• We developed an energy management “pyramid strategy” that looks to achieve energy savings through continuous improvement, reliability, operations and design
  • Employees are encouraged to make use of e-meetings whenever possible, as opposed to traveling for business
  • A rail-travel option is included in our online business-travel booking tool to make it easier to travel by train when appropriate. Traveling by train has a smaller carbon footprint than traveling by either airplane or personal vehicle.
  • The carriers who transport our products use alternatives to air freight whenever practical. In 2016, 18 percent (by weight) of our products were shipped by ocean freight, which reduces the amount of transportation-related GHG emissions by over 90 percent as compared to air shipping.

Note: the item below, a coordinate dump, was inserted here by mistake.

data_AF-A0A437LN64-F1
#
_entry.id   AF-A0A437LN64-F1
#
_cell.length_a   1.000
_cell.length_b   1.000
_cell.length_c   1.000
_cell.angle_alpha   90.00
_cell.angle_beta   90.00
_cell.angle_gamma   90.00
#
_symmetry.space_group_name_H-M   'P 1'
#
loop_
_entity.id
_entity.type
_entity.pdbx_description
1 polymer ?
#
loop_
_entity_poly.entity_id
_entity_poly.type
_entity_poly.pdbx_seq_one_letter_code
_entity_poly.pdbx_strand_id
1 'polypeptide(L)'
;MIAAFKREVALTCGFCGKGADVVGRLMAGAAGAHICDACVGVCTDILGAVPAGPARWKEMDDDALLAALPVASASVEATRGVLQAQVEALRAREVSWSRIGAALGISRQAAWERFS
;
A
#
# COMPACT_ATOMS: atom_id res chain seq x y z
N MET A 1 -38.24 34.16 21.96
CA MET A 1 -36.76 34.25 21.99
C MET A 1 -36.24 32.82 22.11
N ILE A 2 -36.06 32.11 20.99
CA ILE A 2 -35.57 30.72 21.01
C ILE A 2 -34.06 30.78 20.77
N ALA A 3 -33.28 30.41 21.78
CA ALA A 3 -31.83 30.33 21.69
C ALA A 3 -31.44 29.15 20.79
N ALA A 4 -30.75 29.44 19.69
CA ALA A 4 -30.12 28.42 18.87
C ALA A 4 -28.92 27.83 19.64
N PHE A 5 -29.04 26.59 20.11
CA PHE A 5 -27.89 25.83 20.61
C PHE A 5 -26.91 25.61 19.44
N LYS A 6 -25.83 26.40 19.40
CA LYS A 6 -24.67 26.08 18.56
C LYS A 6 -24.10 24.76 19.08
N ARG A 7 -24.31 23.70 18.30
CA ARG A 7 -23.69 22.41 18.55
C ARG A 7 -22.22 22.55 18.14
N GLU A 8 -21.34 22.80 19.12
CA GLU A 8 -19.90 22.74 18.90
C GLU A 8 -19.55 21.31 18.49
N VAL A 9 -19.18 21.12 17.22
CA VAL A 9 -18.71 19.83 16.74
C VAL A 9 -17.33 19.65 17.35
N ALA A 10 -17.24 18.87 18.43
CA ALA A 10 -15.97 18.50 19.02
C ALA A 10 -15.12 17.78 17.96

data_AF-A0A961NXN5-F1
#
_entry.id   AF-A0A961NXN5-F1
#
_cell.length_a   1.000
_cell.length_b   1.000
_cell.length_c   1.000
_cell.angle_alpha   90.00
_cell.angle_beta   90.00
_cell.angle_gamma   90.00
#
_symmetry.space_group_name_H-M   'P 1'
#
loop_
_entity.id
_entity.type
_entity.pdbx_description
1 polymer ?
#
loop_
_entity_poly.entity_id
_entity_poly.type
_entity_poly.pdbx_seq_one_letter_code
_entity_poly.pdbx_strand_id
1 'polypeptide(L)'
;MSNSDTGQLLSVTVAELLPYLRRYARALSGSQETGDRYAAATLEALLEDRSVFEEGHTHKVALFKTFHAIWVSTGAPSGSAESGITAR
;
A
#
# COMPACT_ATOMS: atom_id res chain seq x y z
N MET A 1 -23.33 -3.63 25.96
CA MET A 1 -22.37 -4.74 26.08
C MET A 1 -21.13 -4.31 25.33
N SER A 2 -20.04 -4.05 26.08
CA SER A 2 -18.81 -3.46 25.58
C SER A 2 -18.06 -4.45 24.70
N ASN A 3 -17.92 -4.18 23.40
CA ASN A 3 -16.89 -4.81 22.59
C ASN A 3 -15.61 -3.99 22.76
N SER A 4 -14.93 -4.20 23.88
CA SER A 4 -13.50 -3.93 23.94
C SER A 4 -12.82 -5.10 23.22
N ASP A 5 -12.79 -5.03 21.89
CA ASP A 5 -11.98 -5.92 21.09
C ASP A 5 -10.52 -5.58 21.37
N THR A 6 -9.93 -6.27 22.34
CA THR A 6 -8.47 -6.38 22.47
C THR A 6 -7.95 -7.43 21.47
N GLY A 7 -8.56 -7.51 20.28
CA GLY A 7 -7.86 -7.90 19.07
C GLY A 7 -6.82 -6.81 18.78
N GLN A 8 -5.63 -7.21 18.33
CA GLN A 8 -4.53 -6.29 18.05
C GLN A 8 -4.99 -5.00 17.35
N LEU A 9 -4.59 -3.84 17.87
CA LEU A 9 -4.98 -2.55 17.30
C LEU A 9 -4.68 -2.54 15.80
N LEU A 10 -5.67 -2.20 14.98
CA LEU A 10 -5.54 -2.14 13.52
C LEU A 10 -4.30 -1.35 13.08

In 2016, our company began presenting internal Energy Awards to recognize sites, teams or individuals for accomplishments in the following areas

  • Energy Savings by Design
  • Energy Savings by Operations
  • Energy Savings by Reliability
  • Energy Savings by Energy Program Management

RENEWABLE ENERGY

Our company has set bold new renewable energy targets. We are committing to sourcing 50 percent of our purchased electricity from renewable energy sources by 2025 and are setting a long-term goal of sourcing 100 percent of our purchased electricity from renewable sources by 2040.1 Photovoltaic arrays, wind turbines and other renewable-energy installations avoid emissions, help reduce energy-demand peaks and postpone or avoid adding new power plants.